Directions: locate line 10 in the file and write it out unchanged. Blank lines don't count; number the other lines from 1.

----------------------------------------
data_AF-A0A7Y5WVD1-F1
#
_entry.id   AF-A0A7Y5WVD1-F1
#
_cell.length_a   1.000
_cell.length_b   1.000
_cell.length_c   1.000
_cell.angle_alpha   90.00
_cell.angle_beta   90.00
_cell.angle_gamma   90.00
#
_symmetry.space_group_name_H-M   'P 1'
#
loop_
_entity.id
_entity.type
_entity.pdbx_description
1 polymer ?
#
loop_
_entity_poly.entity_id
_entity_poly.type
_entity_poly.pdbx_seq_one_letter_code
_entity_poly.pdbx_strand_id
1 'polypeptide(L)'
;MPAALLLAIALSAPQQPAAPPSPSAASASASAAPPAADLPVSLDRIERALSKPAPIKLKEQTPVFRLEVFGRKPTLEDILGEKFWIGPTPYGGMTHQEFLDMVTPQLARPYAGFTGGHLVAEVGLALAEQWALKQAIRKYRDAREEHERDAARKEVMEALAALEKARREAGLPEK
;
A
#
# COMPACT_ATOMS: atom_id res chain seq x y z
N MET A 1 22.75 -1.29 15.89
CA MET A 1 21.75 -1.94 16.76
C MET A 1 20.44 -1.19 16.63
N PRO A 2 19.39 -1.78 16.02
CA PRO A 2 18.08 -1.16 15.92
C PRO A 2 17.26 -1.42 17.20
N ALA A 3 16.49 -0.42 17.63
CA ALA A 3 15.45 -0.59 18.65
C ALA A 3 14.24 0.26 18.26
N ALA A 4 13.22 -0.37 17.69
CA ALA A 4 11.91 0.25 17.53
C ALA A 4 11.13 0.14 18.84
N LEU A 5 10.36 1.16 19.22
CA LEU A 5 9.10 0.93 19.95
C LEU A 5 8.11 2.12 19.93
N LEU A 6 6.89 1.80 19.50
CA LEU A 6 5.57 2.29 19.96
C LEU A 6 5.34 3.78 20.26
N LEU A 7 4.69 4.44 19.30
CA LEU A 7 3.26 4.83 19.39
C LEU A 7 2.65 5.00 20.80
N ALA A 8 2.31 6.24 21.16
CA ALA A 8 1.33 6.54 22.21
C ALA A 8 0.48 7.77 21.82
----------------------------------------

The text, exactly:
_cell.angle_gamma   90.00